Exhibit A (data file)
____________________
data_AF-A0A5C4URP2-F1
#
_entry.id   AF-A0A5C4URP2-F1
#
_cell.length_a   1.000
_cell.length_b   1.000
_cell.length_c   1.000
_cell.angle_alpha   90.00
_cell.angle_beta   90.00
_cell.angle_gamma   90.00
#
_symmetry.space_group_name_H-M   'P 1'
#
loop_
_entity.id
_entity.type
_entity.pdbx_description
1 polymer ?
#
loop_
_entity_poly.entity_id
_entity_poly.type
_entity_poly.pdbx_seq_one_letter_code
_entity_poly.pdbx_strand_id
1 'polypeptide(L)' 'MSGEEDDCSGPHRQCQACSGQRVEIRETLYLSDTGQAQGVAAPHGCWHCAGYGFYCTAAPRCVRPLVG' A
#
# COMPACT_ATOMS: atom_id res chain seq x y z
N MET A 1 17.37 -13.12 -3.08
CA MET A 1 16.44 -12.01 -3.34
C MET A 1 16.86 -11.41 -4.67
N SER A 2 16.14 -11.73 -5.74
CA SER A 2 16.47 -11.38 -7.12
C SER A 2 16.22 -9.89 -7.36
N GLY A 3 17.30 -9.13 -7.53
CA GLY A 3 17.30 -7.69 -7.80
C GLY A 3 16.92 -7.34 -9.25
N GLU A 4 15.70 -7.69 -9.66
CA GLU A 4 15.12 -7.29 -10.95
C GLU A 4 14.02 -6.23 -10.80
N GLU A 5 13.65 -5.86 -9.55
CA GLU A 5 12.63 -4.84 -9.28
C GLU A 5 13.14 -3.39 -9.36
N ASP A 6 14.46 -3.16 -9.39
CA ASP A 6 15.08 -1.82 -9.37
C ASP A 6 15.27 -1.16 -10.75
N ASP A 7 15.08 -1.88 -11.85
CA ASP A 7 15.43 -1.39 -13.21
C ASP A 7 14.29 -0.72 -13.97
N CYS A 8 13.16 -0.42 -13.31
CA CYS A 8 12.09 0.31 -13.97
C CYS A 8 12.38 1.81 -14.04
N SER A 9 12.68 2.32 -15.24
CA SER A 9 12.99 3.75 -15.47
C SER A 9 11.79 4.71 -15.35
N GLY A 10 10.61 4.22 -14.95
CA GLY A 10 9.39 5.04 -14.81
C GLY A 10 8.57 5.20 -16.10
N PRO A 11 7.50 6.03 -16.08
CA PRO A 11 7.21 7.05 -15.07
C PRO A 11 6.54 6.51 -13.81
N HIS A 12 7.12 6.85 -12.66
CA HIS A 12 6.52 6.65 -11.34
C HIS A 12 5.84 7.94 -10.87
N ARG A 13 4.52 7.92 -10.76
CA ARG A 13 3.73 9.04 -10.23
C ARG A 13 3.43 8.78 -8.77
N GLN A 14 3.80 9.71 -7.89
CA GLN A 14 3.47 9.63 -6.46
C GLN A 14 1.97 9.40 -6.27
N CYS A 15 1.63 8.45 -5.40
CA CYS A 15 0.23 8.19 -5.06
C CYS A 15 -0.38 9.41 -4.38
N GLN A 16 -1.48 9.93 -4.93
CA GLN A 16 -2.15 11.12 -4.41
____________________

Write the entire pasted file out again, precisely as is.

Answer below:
data_AF-A0A5C4URP2-F1
#
_entry.id   AF-A0A5C4URP2-F1
#
_cell.length_a   1.000
_cell.length_b   1.000
_cell.length_c   1.000
_cell.angle_alpha   90.00
_cell.angle_beta   90.00
_cell.angle_gamma   90.00
#
_symmetry.space_group_name_H-M   'P 1'
#
loop_
_entity.id
_entity.type
_entity.pdbx_description
1 polymer ?
#
loop_
_entity_poly.entity_id
_entity_poly.type
_entity_poly.pdbx_seq_one_letter_code
_entity_poly.pdbx_strand_id
1 'polypeptide(L)' 'MSGEEDDCSGPHRQCQACSGQRVEIRETLYLSDTGQAQGVAAPHGCWHCAGYGFYCTAAPRCVRPLVG' A
#
# COMPACT_ATOMS: atom_id res chain seq x y z
N MET A 1 17.37 -13.12 -3.08
CA MET A 1 16.44 -12.01 -3.34
C MET A 1 16.86 -11.41 -4.67
N SER A 2 16.14 -11.73 -5.74
CA SER A 2 16.47 -11.38 -7.12
C SER A 2 16.22 -9.89 -7.36
N GLY A 3 17.30 -9.13 -7.53
CA GLY A 3 17.30 -7.69 -7.80
C GLY A 3 16.92 -7.34 -9.25
N GLU A 4 15.70 -7.69 -9.66
CA GLU A 4 15.12 -7.29 -10.95
C GLU A 4 14.02 -6.23 -10.80
N GLU A 5 13.65 -5.86 -9.55
CA GLU A 5 12.63 -4.84 -9.28
C GLU A 5 13.14 -3.39 -9.36
N ASP A 6 14.46 -3.16 -9.39
CA ASP A 6 15.08 -1.82 -9.37
C ASP A 6 15.27 -1.16 -10.75
N ASP A 7 15.08 -1.88 -11.85
CA ASP A 7 15.43 -1.39 -13.21
C ASP A 7 14.29 -0.72 -13.97
N CYS A 8 13.16 -0.42 -13.31
CA CYS A 8 12.09 0.31 -13.97
C CYS A 8 12.38 1.81 -14.04
N SER A 9 12.68 2.32 -15.24
CA SER A 9 12.99 3.75 -15.47
C SER A 9 11.79 4.71 -15.35
N GLY A 10 10.61 4.22 -14.95
CA GLY A 10 9.39 5.04 -14.81
C GLY A 10 8.57 5.20 -16.10
N PRO A 11 7.50 6.03 -16.08
CA PRO A 11 7.21 7.05 -15.07
C PRO A 11 6.54 6.51 -13.81
N HIS A 12 7.12 6.85 -12.66
CA HIS A 12 6.52 6.65 -11.34
C HIS A 12 5.84 7.94 -10.87
N ARG A 13 4.52 7.92 -10.76
CA ARG A 13 3.73 9.04 -10.23
C ARG A 13 3.43 8.78 -8.77
N GLN A 14 3.80 9.71 -7.89
CA GLN A 14 3.47 9.63 -6.46
C GLN A 14 1.97 9.40 -6.27
N CYS A 15 1.63 8.45 -5.40
CA CYS A 15 0.23 8.19 -5.06
C CYS A 15 -0.38 9.41 -4.38
N GLN A 16 -1.48 9.93 -4.93
CA GLN A 16 -2.15 11.12 -4.41